Git Branching and Merging—Study Guide

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Git users create a branch when they want to experiment with a different idea. If the branch experiment works, they merge the branch into the project; if not they discard it.

A video of the following tutorial is available at link

Set Up a Git Project

  1. As you've done before, create a new project with three files in it: file1.txt, file2.txt, file3.txt
  2. Put some distinguishing text in each of the three files, for example, This file (file1.txt) contains beautiful writing, changing the 1 to 2 and 3 in the other two files.
  3. Stage and commit these files whilev you are still in the master branch.
  4. Run git log --oneline and make a note of the SHA a 6- or 7-character code in gold.

Check for Branches

If at some point, you are not sure what branches you have, rin the git branch command. If you just see master (or whatever you've renamed itb to), you've got only that one branch.

Create a Branch

To create a new branch:

  1. Enter, for example, git branch experiment (the new branch will be based on the last commit). Make sure the master branch (or whichever branch the new branch will be based on is clean).
  2. You can create a new branch and switch to it with one command, for example: git checkout -b experiment.
  3. If you enter git status, you will not be able to see the new branch because you are on a separate branch (typically the master branch).
  4. To see all available branches, git branch (the * in the output indicates the current branch):
    git branch output showing two branches
    In this image, you can see the output of the initial git branch command, then the command to create a branch, then the ensuring git branch command showing both branches.
  5. For your instructor, take a screen capture of the output of the preceding command, and save it.

Switch to a Newly Created Branch and Edit a file

To switch to a different branch, your working directory must be clean.

  1. Run the git checkout branch_name to switch to your new branch: git branch checkout experiment
  2. In this new branch, edit file1.txt. Change beautiful to glorious
  3. Stage and commit file1.txt: git commit -am "Changed one word to file1.txt in experiment branch"
  4. Run git log --oneline and notice that you have two commit SHAs (the gold 7-character codes):
    git log output showing two branches
    In this image, you can see the output of the commit of the three files in the experiment branch. Next, you can see the output of the git log --oneline command: now we've got two commits!
  5. Now switch to the master branch: git checkout master
  6. Run git log --oneline and note that the SHA you did in experiment has vanished. Only the SHA of the initial commit is showing:
    git log output showing two branches
  7. Take a screen capture of the output of git status, and save it.
  8. Check out these other git branch commands:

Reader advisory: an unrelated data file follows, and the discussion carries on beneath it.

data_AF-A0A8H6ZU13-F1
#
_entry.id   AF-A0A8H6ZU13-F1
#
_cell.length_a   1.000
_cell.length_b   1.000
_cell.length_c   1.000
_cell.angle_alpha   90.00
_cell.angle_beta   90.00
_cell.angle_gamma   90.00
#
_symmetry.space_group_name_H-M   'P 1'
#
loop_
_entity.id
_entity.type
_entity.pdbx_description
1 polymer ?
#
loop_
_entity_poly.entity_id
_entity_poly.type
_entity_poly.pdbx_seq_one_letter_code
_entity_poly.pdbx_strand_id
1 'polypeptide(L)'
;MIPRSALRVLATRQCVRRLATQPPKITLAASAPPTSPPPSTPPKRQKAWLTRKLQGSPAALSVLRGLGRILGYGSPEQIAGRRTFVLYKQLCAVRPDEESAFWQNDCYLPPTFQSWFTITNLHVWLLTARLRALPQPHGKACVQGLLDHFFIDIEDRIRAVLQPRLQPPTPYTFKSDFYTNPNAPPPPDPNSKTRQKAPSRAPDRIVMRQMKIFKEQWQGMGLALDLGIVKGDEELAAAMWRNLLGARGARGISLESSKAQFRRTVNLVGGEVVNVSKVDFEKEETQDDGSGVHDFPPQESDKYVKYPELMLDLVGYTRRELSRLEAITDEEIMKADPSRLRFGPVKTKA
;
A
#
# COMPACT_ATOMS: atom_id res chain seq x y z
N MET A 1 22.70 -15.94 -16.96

• To delete a branch, enter the command git branch -d experiment (or --delete) If Git prevents the delete because you have not merged the new branch yet, enter git branch -D experiment
  9. To rename a branch, enter git branch --move experiment experimented

Merge Branches

To merge a branch to another:

  1. Make sure both branches involved in a merge are "clean"—no impending changes. To check, enter git status on both branches.
  2. Switch to receiving branch (to which the new branch will be merged, usually "master": git checkout master
    To recollect what the changes were: git diff one_branch..another_branch: for example, git diff master..experiment
    Example: In my project, I had a master branch and an experiment branch; one line in master had the word "beautiful"; in experiment, "glorious." To view, I ran git diff master..experiment:
    git diff output showing changes in two branches
    To get a different perspective, can use --oneline and --color_words:
    git diff output showing changes with --color-words
  3. To see what branches are not merged, enter git branch --no-merged
  4. To see what branches are merged, enter git branch --merged. Take a screen capture of the output of this command, and save it.
  5. To do the merge git merge experiment (or whatever you call it).
    Here is the output:
    Output of git merge command
    If you look at file1.txt in the working directory, you will see that the change originally to file1.txt in experiment has been made. (Fast-forward in not covered in this course.)
  6. To double-check things:
    • In my case, run git diff master..experiment—no output, meaning no difference now between the two branches.
    • Run git branch -- merged—in my case, experiment is not green.
  7. At this point, you can deleted the branch that was merged (in my case, experiment).

Complete This Unit

To reassure your instructor that you have gotten through this unit successfully:

E-mail those screen captures to your instructor at (click this link).


Return to your bookmarked course main page.

Related Information

Please note that whenever there is a reference to "remote," the context is GitHub, which we'll cover in coming units.

Git Branching - Branches in a Nutshell. From

Git Branches: List, Create, Switch to, Merge, Push, & Delete. From

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